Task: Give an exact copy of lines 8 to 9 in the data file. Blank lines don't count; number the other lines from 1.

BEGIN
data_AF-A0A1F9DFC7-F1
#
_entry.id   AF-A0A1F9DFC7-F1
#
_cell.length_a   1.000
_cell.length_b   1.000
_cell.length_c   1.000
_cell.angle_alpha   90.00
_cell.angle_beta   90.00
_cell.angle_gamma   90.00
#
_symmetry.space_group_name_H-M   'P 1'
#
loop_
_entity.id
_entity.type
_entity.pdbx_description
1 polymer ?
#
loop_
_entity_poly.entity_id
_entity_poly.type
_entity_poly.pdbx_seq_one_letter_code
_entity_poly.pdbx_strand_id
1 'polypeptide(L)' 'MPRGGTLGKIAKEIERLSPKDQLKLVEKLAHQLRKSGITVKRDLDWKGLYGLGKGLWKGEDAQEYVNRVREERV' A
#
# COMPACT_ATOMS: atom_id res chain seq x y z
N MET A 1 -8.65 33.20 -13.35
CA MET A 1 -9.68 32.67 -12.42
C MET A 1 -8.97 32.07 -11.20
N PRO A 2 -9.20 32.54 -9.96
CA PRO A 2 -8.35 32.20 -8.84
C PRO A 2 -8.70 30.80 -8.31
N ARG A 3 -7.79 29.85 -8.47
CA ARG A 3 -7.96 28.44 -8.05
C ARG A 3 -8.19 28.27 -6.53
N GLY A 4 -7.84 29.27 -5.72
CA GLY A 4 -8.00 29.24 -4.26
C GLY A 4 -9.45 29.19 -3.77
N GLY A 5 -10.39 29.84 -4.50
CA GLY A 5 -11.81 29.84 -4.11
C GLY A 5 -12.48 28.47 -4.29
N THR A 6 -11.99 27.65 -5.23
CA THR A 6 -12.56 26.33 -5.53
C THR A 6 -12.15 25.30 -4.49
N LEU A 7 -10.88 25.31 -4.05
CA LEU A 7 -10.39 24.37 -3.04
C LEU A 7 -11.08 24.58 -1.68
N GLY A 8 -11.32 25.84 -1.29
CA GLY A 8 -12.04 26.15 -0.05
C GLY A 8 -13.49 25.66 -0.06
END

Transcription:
_cell.angle_alpha   90.00
_cell.angle_beta   90.00